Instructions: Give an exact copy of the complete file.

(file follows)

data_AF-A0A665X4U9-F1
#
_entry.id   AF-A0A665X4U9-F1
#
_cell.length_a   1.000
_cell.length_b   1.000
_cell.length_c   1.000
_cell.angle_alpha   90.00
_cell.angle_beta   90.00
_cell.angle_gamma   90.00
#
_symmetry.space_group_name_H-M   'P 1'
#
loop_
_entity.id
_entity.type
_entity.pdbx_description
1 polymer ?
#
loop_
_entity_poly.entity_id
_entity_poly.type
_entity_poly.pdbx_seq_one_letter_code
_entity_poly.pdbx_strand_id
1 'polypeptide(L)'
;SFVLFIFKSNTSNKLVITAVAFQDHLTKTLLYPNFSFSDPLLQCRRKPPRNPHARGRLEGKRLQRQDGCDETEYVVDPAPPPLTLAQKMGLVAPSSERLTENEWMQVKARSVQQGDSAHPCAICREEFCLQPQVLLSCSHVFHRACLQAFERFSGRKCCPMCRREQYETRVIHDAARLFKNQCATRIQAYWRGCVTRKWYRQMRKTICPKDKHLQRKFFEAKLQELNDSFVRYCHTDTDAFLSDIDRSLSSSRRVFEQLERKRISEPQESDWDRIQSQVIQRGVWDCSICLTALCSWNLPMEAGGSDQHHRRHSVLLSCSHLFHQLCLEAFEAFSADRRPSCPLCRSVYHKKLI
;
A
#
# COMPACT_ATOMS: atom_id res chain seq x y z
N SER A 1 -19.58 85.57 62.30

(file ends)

data_AF-A0A665X4U9-F1
#
_entry.id   AF-A0A665X4U9-F1
#
_cell.length_a   1.000
_cell.length_b   1.000
_cell.length_c   1.000
_cell.angle_alpha   90.00
_cell.angle_beta   90.00
_cell.angle_gamma   90.00
#
_symmetry.space_group_name_H-M   'P 1'
#
loop_
_entity.id
_entity.type
_entity.pdbx_description
1 polymer ?
#
loop_
_entity_poly.entity_id
_entity_poly.type
_entity_poly.pdbx_seq_one_letter_code
_entity_poly.pdbx_strand_id
1 'polypeptide(L)'
;SFVLFIFKSNTSNKLVITAVAFQDHLTKTLLYPNFSFSDPLLQCRRKPPRNPHARGRLEGKRLQRQDGCDETEYVVDPAPPPLTLAQKMGLVAPSSERLTENEWMQVKARSVQQGDSAHPCAICREEFCLQPQVLLSCSHVFHRACLQAFERFSGRKCCPMCRREQYETRVIHDAARLFKNQCATRIQAYWRGCVTRKWYRQMRKTICPKDKHLQRKFFEAKLQELNDSFVRYCHTDTDAFLSDIDRSLSSSRRVFEQLERKRISEPQESDWDRIQSQVIQRGVWDCSICLTALCSWNLPMEAGGSDQHHRRHSVLLSCSHLFHQLCLEAFEAFSADRRPSCPLCRSVYHKKLI
;
A
#
# COMPACT_ATOMS: atom_id res chain seq x y z
N SER A 1 -19.58 85.57 62.30